Partisans, Wielding Money, Begin Seeking to Exploit Harassment Claims

Discussion in 'Politics' started by Kittamaru, Jan 1, 2018.

  1. Kittamaru Ashes to ashes, dust to dust. Adieu, Sciforums. Valued Senior Member


    As the #MeToo movement to expose sexual harassment roils the nation’s capital, political partisans are exploiting the moment, raising hundreds of thousands of dollars to support accusers who come forward with charges against President Trump and members of Congress, even amid questions about their motivation.

    As accusations take on a partisan tint, activists and lawyers fear that such an evolution could damage a movement that has shaken Hollywood, Silicon Valley, media suites in New York and the hallways of Congress — and has taken down both a Democratic fund-raiser, Harvey Weinstein, and a conservative stalwart, Bill O’Reilly.

    “There is a danger in this environment that unsophisticated individuals who have been abused by powerful people could be exploited by groups seeking partisan advantage, or by lawyers seeking a moment in the limelight,” said Debra Katz, a Washington lawyer who has brought sexual harassment cases against politicians from both parties.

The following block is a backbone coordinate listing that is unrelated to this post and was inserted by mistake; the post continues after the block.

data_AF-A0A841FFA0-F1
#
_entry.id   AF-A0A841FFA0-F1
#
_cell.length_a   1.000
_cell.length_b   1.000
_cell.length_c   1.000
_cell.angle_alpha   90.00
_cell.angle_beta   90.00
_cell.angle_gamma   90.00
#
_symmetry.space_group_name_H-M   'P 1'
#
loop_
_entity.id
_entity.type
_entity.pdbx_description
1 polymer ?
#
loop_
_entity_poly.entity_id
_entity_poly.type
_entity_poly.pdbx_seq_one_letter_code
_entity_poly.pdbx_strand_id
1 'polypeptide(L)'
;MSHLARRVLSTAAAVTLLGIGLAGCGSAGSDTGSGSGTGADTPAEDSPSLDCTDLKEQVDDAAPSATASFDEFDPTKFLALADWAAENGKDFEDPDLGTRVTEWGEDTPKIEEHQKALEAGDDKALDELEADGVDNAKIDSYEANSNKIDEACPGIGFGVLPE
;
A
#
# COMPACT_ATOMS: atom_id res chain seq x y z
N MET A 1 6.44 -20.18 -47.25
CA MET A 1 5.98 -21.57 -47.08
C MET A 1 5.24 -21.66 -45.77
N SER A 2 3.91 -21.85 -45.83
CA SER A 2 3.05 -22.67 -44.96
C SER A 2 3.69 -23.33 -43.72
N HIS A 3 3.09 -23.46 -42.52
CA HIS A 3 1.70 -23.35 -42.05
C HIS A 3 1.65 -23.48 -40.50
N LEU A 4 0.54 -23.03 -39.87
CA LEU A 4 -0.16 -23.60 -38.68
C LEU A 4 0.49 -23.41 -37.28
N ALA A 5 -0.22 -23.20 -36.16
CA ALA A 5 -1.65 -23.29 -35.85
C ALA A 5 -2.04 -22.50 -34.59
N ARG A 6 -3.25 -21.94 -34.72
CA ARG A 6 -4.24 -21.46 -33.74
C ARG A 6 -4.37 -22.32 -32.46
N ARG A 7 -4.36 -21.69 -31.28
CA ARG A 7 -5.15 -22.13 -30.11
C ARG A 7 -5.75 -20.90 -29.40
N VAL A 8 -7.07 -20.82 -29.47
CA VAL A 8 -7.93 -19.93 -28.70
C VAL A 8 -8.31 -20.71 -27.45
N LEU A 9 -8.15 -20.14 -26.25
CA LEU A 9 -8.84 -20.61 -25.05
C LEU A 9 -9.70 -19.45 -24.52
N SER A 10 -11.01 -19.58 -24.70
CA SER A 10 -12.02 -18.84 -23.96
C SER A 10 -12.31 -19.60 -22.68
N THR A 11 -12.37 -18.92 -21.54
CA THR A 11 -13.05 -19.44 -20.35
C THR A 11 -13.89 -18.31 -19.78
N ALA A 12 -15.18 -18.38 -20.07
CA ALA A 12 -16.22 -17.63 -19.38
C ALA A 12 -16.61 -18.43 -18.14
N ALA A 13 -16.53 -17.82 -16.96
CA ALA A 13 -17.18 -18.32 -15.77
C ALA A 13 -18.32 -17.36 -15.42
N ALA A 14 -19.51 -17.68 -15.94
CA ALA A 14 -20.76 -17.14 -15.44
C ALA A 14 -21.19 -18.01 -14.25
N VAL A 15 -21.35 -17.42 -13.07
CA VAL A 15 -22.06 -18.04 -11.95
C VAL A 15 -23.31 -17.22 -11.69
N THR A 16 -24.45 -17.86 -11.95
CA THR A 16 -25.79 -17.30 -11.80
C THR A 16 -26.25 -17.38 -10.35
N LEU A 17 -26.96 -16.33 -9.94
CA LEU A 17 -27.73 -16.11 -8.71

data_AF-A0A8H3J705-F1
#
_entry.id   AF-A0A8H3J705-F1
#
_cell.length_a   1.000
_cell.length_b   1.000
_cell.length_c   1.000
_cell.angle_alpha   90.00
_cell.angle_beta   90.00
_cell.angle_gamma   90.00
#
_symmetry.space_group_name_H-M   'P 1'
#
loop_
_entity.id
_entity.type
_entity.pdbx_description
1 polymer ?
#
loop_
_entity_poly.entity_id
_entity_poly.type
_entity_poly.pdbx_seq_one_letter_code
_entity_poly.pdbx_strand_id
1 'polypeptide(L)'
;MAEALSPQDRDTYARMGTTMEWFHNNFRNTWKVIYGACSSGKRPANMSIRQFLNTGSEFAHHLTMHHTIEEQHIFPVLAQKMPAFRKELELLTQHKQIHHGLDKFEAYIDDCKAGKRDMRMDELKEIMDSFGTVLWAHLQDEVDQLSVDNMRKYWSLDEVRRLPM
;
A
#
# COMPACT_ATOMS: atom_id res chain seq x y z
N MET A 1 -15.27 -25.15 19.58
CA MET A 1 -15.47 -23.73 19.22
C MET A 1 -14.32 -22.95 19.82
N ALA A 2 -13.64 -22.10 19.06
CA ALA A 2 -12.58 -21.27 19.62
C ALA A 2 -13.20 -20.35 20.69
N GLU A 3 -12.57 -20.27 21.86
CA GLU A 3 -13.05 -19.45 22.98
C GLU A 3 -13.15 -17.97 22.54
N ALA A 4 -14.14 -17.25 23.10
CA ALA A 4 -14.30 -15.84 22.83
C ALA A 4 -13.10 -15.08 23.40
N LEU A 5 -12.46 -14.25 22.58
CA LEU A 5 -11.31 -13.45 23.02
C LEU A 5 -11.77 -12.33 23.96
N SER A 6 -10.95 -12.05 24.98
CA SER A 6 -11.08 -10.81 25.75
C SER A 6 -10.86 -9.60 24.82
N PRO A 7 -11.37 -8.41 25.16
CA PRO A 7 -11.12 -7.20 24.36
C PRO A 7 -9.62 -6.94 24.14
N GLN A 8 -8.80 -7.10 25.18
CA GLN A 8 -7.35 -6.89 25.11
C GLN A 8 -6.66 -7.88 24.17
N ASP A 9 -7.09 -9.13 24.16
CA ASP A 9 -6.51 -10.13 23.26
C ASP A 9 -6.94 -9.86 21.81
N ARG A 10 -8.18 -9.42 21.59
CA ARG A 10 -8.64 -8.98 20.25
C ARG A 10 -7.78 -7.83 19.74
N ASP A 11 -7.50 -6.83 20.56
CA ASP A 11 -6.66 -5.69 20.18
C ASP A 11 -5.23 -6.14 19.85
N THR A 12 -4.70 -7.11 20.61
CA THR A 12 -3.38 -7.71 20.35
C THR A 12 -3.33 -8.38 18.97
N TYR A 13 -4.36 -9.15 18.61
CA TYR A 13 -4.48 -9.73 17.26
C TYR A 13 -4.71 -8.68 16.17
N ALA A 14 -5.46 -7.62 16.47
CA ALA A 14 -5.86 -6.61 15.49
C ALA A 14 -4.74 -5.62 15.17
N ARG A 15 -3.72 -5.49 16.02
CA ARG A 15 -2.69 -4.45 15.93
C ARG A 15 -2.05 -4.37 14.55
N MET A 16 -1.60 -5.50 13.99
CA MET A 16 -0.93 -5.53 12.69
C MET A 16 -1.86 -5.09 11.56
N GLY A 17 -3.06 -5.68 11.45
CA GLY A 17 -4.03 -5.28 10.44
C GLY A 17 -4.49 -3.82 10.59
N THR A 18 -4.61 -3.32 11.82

The lawyers and operatives behind the most politically charged cases brush off those concerns.

    “I approach this with a pure heart,” said Jack Burkman, a flamboyant Republican lawyer known for right-wing conspiracy theories who is seeking to represent sexual harassment victims. “I don’t want to see it politicized, even though, in a democracy, you see the political weaponization of everything.”

    Gloria Allred, a high-profile women’s rights lawyer and Democratic donor, is raising money to fund a lawsuit against Mr. Trump by a woman who says he sexually assaulted her. The woman, Summer Zervos, has filed a defamation suit against the president that could force Mr. Trump to respond to sexual misconduct accusations made in the closing weeks of the campaign by a raft of women.